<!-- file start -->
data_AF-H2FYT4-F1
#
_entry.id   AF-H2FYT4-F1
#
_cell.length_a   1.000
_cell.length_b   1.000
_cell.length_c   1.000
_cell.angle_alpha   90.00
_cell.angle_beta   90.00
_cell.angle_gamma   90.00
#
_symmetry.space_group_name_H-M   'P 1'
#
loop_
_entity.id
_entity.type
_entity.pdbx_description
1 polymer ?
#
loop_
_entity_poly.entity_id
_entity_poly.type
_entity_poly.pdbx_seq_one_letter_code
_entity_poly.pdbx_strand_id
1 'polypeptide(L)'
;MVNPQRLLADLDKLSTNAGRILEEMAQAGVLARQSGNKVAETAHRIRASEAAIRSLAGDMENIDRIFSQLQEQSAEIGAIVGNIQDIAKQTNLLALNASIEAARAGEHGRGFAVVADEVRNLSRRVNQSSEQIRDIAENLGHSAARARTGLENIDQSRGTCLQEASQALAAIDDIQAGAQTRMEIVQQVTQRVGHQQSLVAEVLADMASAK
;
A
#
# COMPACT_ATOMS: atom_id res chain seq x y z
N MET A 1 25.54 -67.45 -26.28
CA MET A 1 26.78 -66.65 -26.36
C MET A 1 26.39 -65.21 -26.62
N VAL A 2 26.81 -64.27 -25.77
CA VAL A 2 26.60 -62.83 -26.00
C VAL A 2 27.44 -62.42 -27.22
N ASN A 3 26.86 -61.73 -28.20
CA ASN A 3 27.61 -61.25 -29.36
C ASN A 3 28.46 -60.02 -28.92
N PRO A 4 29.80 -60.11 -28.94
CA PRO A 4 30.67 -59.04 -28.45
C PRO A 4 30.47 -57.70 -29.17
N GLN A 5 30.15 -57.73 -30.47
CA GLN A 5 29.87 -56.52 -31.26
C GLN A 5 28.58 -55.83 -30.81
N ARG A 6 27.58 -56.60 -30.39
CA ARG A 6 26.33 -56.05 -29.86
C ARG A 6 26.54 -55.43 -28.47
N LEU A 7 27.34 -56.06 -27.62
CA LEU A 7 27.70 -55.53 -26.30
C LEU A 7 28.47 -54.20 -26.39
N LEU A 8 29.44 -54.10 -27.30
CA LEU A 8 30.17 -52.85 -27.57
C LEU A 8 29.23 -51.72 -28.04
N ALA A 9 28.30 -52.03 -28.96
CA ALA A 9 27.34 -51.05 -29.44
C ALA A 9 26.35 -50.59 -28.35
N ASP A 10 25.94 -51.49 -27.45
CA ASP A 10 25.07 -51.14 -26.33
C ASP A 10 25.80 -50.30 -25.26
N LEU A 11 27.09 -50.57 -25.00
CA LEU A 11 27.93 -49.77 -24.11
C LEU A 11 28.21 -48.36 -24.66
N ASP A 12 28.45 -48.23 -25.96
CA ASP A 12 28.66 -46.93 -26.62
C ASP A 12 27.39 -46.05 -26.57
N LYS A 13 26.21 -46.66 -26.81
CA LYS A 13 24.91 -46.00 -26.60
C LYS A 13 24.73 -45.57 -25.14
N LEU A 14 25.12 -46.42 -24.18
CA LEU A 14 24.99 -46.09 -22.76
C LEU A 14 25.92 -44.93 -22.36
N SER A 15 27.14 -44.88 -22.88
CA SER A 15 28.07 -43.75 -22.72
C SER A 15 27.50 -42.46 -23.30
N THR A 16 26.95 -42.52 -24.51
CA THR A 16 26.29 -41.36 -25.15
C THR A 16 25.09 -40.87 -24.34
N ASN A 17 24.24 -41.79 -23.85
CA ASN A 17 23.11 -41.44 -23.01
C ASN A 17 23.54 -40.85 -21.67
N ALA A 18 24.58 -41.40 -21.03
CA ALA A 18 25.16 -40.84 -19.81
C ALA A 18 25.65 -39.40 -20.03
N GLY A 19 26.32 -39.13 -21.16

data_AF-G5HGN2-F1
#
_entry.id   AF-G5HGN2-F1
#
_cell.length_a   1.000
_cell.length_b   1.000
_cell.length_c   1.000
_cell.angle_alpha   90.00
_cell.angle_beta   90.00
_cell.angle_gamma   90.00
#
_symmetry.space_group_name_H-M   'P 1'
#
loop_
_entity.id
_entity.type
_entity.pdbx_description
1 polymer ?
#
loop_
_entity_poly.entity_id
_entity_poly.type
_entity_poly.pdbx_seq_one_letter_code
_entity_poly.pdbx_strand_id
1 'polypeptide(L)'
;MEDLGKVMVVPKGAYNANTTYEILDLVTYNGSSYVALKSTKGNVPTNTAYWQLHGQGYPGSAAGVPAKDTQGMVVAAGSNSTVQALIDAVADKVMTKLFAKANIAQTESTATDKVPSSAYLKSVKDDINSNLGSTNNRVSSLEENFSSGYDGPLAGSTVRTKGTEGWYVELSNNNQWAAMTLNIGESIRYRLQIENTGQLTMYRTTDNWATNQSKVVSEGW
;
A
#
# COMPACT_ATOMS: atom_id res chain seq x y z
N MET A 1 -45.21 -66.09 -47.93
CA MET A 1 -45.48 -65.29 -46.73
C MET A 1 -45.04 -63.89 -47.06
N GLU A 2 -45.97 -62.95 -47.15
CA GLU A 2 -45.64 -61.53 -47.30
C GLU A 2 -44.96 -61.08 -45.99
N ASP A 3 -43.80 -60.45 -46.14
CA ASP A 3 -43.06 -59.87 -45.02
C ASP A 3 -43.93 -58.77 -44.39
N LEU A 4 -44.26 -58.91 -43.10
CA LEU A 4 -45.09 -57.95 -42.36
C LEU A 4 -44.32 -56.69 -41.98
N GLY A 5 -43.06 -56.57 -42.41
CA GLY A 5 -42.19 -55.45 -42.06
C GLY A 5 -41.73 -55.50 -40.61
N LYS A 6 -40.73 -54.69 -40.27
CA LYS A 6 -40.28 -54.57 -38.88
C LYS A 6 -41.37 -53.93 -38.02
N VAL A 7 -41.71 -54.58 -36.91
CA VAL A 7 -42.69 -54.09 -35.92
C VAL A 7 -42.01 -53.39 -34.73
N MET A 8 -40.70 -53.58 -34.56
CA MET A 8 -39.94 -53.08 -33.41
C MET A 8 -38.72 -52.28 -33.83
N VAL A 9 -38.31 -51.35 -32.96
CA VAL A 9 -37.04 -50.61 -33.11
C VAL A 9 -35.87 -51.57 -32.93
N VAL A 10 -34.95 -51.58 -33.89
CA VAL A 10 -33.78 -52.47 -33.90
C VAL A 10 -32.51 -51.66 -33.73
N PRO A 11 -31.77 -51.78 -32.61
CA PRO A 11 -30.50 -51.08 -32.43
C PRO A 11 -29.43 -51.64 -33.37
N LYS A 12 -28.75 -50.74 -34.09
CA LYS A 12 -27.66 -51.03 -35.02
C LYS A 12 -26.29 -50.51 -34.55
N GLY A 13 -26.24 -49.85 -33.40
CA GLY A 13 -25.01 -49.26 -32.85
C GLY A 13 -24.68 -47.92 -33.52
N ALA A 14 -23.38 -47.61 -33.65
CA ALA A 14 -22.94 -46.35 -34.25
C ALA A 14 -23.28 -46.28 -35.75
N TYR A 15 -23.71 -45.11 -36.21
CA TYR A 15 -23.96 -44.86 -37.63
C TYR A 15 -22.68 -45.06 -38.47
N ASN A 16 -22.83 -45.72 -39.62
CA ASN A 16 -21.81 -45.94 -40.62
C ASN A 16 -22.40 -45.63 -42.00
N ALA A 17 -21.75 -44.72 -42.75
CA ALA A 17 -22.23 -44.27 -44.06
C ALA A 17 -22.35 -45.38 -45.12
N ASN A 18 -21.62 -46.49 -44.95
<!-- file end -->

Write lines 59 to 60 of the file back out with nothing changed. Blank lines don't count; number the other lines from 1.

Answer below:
CA ASP A 10 25.07 -51.14 -26.33
C ASP A 10 25.80 -50.30 -25.26